The Addition Method
The addition method can be used to eliminate any variable whose coefficients
are opposites. If neither variable has coefficients that are opposites, then
we use the multiplication property of equality to change the coefficients of the
variables, as shown in Examples 1 and 2.
Example 1
Using multiplication and addition
Solve the system by the addition method:
2x  3y = 13
5x  12y = 46
Solution
If we multiply both sides of the first equation by 4, the coefficients of y will be
12 and 12, and y will be eliminated by addition.
(4)(2x  3y) 
= (4)(13) 
Multiply each side by 4 
5x  12y 
= 46 

8x + 12y 
= 52 

5x  12y 
= 46 

Add 
3x 

= 6 

x 
= 2 

Replace x by 2 in one of the original equations to find y:
2x  3y 
= 13 
2(2)  3y 
= 13 
4  3y 
= 13 
3y 
= 9 
y 
= 3 
Because 2(2)  3(3) = 13 and 5(2)  12(3) = 46 are both true, the
solution set is {(2, 3)}.
Example 2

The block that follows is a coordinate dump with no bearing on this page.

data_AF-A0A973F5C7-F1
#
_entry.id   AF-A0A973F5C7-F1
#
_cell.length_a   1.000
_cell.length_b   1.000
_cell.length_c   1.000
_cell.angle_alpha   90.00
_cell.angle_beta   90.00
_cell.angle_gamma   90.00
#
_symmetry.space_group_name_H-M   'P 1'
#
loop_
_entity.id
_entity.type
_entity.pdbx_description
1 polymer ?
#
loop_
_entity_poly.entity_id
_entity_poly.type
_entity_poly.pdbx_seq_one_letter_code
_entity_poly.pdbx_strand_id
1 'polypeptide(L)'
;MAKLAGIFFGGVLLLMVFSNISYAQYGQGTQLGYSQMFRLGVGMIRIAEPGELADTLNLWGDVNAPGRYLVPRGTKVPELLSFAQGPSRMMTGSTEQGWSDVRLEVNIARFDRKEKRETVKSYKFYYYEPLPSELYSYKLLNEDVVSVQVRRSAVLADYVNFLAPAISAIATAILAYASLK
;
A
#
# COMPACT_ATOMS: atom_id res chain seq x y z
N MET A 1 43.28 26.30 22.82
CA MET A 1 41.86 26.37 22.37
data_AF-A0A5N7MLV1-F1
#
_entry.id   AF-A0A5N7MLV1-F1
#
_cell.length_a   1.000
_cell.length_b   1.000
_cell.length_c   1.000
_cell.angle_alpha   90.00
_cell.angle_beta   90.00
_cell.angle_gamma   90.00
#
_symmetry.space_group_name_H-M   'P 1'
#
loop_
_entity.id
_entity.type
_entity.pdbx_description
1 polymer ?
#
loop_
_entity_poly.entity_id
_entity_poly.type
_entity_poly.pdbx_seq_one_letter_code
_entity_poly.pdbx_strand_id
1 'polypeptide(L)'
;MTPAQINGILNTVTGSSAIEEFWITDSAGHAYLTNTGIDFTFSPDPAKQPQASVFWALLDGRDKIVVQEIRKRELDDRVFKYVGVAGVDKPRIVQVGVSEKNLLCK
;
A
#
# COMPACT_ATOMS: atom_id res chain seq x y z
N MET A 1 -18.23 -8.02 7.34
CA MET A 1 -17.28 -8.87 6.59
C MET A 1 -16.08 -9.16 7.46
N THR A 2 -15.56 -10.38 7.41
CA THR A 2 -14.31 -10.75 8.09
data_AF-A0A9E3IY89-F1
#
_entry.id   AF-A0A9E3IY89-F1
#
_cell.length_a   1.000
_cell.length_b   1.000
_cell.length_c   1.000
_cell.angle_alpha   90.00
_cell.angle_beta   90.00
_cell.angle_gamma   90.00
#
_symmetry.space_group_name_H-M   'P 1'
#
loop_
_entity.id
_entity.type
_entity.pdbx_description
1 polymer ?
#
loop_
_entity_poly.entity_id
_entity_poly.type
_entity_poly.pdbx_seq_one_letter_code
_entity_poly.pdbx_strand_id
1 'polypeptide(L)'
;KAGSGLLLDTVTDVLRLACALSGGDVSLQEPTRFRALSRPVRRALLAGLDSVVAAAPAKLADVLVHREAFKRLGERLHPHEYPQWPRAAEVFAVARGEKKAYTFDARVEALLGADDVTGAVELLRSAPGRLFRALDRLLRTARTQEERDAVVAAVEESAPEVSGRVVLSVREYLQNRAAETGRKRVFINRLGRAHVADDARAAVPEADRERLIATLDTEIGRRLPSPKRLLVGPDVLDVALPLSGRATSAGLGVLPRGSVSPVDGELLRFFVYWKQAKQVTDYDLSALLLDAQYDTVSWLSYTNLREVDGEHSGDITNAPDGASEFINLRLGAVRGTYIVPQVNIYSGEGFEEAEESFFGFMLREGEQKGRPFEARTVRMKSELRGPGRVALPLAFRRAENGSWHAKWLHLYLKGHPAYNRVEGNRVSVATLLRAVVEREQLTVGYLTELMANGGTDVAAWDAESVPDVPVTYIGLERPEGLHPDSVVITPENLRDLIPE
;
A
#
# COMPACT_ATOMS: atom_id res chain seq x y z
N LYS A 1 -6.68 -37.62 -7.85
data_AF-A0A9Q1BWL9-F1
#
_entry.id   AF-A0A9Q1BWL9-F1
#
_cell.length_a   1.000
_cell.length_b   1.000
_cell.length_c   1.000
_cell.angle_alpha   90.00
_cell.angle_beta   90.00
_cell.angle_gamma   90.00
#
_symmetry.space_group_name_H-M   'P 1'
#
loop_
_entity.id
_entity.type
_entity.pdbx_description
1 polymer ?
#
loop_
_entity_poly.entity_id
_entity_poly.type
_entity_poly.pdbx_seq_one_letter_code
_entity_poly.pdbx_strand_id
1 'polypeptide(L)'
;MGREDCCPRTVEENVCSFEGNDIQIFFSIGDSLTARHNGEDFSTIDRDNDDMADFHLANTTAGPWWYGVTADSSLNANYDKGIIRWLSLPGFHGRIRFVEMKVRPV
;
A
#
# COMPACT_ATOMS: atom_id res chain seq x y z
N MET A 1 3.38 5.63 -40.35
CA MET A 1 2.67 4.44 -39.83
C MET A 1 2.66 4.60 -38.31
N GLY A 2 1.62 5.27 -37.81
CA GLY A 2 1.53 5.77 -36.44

Multiplying both equations before adding
Solve the system by the addition method:
2x + 3y = 6
3x  5y = 11
Solution
To eliminate x, we multiply the first equation by 3 and the second by 2:
3(2x + 3y) 
= 3(6) 
Multiply each side by 3. 
2(3x  5y) 
= 2(11) 
Multiply each side by 2. 
6x + 9y 
= 18 

6x  10y 
= 22 

Add. 
y 
= 4 

y 
= 4 

Note that we could have eliminated y by multiplying by 5 and 3. Now insert y
= 4 into one of the original equations to find x:
2x + 3(4) 
= 6 
Let y = 4 in 2x + 3y = 6. 
2x + 12 
= 6 

2x 
= 6 

x 
= 3 

Check that (3, 4) satisfies both equations. The solution set is {(3, 4)}.
We can always use the addition method as long as the equations in a system are
in the same form.